Latest Rumen Stories
Scientists have scoured cow rumens and termite guts for microbes that can efficiently break down plant cell walls for the production of next-generation biofuels, but some of the best microbial candidates actually may reside in the human lower intestine, researchers report.
New biotechnological and chemical methods will facilitate efficient production of chemicals, materials and fuels from renewable natural resources.
In the past, traditional urea-molasses lick blocks for cattle were a convenient, lower cost choice for supplementing protein, energy and minerals in cattle.
One of the peskiest household pests, while disastrous to homes, could prove to be a boon for cars, according to a Purdue University study.
The discovery that a bacterial species in the Australian Tammar wallaby gut is responsible for keeping the animal's methane emissions relatively low suggests a potential new strategy may exist to try to reduce methane emissions from livestock, according to a new study.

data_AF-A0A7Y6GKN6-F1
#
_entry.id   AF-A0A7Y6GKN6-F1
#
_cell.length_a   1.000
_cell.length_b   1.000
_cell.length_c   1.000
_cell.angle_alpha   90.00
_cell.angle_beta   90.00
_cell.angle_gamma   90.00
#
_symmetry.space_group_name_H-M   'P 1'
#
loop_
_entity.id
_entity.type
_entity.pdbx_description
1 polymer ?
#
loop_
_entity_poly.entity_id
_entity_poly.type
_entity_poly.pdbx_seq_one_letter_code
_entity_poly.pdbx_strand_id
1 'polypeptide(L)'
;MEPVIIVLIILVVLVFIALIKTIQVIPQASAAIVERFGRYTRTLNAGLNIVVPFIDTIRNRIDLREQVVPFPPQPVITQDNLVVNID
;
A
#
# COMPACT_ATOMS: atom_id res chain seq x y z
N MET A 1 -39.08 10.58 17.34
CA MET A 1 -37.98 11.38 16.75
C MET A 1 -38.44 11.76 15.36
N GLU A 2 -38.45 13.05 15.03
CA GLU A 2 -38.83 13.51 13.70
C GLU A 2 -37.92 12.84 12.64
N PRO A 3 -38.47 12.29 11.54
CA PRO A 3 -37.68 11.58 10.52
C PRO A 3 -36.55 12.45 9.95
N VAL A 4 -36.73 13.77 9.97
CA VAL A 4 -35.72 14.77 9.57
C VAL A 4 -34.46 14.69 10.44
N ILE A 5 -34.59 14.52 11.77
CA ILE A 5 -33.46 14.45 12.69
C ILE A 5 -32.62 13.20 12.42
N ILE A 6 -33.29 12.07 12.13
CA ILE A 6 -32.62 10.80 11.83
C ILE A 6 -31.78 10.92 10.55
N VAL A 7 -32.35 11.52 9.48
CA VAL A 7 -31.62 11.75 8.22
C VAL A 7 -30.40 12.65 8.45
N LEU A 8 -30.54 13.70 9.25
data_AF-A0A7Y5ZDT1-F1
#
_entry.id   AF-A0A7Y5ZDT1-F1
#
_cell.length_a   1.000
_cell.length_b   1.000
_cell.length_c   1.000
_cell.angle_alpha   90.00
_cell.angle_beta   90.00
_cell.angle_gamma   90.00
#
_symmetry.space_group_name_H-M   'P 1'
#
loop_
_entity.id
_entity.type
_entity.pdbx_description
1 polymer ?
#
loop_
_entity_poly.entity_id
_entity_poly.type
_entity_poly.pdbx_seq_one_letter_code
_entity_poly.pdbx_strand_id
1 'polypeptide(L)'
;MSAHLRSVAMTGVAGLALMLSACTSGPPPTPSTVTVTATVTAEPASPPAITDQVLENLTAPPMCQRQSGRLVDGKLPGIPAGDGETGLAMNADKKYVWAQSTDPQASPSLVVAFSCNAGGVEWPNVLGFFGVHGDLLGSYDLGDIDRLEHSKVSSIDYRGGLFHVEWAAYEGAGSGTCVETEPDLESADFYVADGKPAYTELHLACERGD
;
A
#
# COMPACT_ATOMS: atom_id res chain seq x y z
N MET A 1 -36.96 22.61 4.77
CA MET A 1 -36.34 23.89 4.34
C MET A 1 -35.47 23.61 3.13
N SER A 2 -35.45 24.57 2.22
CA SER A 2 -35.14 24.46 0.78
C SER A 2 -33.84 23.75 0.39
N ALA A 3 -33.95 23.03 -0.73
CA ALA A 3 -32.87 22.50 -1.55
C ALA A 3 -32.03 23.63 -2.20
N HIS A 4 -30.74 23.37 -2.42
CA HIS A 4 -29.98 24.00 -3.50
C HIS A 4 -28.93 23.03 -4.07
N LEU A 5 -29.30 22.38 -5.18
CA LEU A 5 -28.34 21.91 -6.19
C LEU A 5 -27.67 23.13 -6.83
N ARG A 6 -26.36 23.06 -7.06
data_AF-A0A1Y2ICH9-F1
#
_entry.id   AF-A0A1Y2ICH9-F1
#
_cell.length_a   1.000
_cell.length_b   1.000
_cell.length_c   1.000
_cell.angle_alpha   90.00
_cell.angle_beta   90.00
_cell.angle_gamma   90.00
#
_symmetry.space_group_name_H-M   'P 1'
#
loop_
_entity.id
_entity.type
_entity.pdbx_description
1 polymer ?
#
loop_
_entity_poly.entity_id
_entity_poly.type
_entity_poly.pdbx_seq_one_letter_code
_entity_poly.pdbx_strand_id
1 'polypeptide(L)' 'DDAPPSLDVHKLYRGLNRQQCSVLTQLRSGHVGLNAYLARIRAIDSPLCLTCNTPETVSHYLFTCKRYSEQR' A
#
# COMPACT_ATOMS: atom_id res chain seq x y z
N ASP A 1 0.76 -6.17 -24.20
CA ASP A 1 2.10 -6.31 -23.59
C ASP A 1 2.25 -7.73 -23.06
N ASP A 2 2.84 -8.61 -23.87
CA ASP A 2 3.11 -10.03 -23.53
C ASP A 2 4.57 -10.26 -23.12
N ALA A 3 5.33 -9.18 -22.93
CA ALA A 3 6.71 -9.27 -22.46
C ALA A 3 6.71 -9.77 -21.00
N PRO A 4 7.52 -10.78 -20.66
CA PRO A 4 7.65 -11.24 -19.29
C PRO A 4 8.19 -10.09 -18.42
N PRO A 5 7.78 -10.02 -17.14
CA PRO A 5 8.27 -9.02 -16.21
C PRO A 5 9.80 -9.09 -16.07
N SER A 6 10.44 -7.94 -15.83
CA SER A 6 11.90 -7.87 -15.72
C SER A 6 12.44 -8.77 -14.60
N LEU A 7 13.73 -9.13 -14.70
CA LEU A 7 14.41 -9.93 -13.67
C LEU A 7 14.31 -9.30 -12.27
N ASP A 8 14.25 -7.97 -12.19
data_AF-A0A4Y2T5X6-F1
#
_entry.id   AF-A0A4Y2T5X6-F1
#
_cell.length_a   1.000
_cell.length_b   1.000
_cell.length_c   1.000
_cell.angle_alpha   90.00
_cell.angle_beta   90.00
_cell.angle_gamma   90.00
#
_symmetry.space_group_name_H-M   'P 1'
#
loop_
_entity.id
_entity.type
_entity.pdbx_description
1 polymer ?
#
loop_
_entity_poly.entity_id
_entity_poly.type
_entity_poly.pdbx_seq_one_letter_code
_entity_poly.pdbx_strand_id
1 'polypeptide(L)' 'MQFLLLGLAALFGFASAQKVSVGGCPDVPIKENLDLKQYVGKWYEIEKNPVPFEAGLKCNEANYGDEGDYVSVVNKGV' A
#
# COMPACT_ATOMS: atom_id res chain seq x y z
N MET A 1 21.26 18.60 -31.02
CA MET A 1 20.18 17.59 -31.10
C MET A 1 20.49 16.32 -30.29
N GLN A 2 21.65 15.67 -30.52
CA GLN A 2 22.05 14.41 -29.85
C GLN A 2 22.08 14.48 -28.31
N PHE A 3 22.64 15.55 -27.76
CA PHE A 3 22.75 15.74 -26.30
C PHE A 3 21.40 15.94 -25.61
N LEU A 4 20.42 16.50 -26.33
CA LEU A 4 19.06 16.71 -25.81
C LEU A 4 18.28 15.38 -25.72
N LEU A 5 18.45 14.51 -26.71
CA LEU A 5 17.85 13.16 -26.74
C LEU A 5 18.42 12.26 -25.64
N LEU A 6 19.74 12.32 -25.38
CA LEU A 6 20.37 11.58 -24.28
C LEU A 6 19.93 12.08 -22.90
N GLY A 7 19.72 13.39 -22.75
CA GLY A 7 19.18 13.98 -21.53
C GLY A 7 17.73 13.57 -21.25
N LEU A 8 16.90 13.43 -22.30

A two-year study by a Texas AgriLife Research team in Amarillo has helped bring a new product to market that could allow the cattle feeding industry to realize efficiencies in mills and more weight on cattle.
When it comes to breaking down plant matter and converting it to energy, the cow has it all figured out.
For the first time ever, University of Illinois researchers have discovered how microbes break down hemicellulose plant matter into simple sugars using a cow rumen bacterium as a model.
An Agricultural Research Service (ARS) scientist may have found a way to cut the amount of ammonia produced by cattle.
The natural-occurring biopolymer known as chitosan is being put forward as an effective alternative to growth-promoting antibiotics in the diet of ruminants.
- A member of the swell-mob; a genteelly clad pickpocket. Sometimes mobsman.